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W. SOMERSET MAUGHAM QUOTES

The complete life, the perfect pattern, includes old age as well as youth and maturity. The beauty of the morning and the radiance of noon are good, but it would be a very silly person who drew the curtains and turned on the light in order to shut out the tranquillity of the evening. Old age has its pleasures, which, though different, are not less than the pleasures of youth.

W. SOMERSET MAUGHAM, The Summing Up

In Hollywood, the women are all peaches. It makes one long for an apple occasionally.

W. SOMERSET MAUGHAM, Gene Shalit's Great Hollywood Wit

Common-sense appears to be only another name for the thoughtlessness of the unthinking. It is made of the prejudices of childhood, the idiosyncrasies of individual character and the opinion of the newspapers.

W. SOMERSET MAUGHAM, A Writer's Notebook

If a nation values anything more than freedom, it will lose its freedom; and the irony of it is that if it is comfort or money that it values more, it will lose that too.

W. SOMERSET MAUGHAM, Strictly Personal

Man's desire for the approval of his fellows is so strong, his dread of their censure so violent, that he himself has brought his enemy (conscience) within his gates; and it keeps watch over him, vigilant always in the interests of its master to crush any half-formed desire to break away from the herd.

W. SOMERSET MAUGHAM, The Moon and Sixpence

The common idea that success spoils people by making them vain, egotistic, and self-complacent is erroneous; on the contrary, it makes them, for the most part, humble, tolerant, and kind. Failure makes people cruel and bitter.

W. SOMERSET MAUGHAM, The Summing Up

It is an illusion that youth is happy, an illusion of those who have lost it; but the young know they are wretched for they are full of the truthless ideal which have been instilled into them, and each time they come in contact with the real, they are bruised and wounded.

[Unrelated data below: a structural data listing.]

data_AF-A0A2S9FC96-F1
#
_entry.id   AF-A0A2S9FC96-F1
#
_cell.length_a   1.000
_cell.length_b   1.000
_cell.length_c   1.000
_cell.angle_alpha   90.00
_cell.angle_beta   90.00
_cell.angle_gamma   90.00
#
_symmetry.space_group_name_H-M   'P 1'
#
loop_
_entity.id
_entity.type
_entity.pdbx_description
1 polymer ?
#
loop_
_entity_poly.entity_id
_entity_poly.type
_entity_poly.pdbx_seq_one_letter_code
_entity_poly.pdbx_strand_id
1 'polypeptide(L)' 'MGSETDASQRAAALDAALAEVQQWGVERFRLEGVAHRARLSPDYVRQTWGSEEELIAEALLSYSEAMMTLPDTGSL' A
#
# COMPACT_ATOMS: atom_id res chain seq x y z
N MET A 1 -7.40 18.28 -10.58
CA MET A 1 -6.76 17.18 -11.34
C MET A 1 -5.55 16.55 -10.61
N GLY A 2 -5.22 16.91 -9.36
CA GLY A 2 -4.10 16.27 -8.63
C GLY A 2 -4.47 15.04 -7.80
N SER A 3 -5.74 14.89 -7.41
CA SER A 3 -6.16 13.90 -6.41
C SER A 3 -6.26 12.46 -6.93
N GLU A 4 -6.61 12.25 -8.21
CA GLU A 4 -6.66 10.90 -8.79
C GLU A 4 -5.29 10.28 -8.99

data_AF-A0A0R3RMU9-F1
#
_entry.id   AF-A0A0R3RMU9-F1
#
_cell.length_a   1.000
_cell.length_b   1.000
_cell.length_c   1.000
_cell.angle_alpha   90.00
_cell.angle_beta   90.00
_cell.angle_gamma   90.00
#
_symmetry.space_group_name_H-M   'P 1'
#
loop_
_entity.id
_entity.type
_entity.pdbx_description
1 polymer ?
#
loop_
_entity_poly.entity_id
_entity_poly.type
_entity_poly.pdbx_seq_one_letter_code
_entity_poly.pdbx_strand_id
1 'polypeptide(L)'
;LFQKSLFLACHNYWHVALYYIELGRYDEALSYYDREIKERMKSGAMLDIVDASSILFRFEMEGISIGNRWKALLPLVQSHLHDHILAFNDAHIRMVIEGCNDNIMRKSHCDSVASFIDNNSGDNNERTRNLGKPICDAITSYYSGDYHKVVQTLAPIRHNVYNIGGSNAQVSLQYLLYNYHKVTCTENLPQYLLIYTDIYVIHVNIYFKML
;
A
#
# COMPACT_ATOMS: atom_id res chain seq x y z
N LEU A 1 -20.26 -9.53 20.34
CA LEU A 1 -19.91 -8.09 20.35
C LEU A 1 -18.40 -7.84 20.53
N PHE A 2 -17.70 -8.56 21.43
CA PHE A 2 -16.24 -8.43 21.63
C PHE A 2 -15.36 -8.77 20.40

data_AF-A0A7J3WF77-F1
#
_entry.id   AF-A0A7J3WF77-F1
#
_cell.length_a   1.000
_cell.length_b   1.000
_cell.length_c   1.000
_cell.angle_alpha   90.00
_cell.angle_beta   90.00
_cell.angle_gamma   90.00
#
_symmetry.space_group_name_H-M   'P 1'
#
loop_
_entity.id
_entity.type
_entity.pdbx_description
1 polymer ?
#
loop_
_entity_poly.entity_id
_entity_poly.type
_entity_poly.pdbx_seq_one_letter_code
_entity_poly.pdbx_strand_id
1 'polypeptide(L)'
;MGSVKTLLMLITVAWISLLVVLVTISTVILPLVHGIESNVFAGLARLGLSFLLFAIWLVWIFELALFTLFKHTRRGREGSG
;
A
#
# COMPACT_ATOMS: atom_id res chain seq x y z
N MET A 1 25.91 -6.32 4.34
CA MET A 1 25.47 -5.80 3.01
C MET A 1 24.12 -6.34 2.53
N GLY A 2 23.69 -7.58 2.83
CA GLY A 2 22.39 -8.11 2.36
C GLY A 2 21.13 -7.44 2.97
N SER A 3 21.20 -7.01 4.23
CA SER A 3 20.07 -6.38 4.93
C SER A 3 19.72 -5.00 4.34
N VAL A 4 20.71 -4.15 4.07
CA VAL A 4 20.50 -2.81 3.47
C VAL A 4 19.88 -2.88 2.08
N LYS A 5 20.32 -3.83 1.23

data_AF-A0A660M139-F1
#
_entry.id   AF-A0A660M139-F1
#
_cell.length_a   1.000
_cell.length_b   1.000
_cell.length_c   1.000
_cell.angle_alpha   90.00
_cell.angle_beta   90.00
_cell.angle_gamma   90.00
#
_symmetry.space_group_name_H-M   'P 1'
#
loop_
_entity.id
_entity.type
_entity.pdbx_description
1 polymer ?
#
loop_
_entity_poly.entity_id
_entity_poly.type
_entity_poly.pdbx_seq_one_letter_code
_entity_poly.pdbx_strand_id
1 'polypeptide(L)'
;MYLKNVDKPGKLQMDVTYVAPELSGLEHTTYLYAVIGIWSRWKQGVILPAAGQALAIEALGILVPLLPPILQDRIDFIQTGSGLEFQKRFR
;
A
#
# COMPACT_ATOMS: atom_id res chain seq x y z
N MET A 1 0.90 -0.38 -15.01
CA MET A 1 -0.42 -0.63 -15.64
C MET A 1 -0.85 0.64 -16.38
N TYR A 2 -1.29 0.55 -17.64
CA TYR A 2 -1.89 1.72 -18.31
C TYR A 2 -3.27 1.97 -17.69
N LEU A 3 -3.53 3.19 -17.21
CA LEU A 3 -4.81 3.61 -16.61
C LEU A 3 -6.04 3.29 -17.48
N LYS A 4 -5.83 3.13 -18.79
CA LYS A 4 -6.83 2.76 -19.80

W. SOMERSET MAUGHAM, Of Human Bondage

Her breath was hurried. Her eyes were fixed on the sinewy wrist with its little golden hairs and on that long, delicate, but powerful hand, and I have never seen on a human countenance such a hungry concupiscence as I saw then on hers. It was a mask of lust. I would never have believed that her beautiful features could assume an expression of such unbridled sensuality. It was animal rather than human. The beauty was stripped from her face; the look upon it made her hideous and frightening. It horribly suggested the bitch in heat and I felt rather sick.

W. SOMERSET MAUGHAM, The Razor's Edge

She had a pretty gift for quotation, which is a serviceable substitute for wit.

W. SOMERSET MAUGHAM, "The Creative Impulse", Collected Short Stories

Tradition is a guide and not a jailer.

W. SOMERSET MAUGHAM, The Partial View

She had a very agreeable smile; it did not light up her face suddenly, but seemed rather to suffuse it by degrees with charm. It hesitated for a moment about her lips and then slowly travelled to those great shining eyes of hers and there softly lingered.

W. SOMERSET MAUGHAM, "The Promise", Collected Short Stories

I held my breath, for to me there is nothing more awe-inspiring than when a man discovers to you the nakedness of his soul.

W. SOMERSET MAUGHAM, "The Pool", Collected Short Stories

There are three rules for writing the novel. Unfortunately, no one knows what they are.

W. SOMERSET MAUGHAM, attributed, Literary Agents: How to Get & Work with the Right One for You

Beauty is an ecstasy; it is as simple as hunger. There is really nothing to be said about it. It is like the perfume of a rose: you can smell it and that is all.

W. SOMERSET MAUGHAM, Cakes and Ale

I have an idea that the only thing which makes it possible to regard this world we live in without disgust is the beauty which now and then men create out of the chaos. The pictures they paint, the music they compose, the books they write, and the lives they lead. Of all these the richest in beauty is the beautiful life. That is the perfect work of art.

W. SOMERSET MAUGHAM, The Painted Veil

But though he did everything to alienate the sympathy of other boys he longed with all his heart for the popularity which to some was so easily accorded. These from his distance he admired extravagantly; and though he was inclined to be more sarcastic with them than with others, though he made little jokes at their expense, he would have given anything to change places with them.

W. SOMERSET MAUGHAM, Of Human Bondage

Her lips were like living fire. He could not take his own away. He forgot everything.

W. SOMERSET MAUGHAM, The Magician


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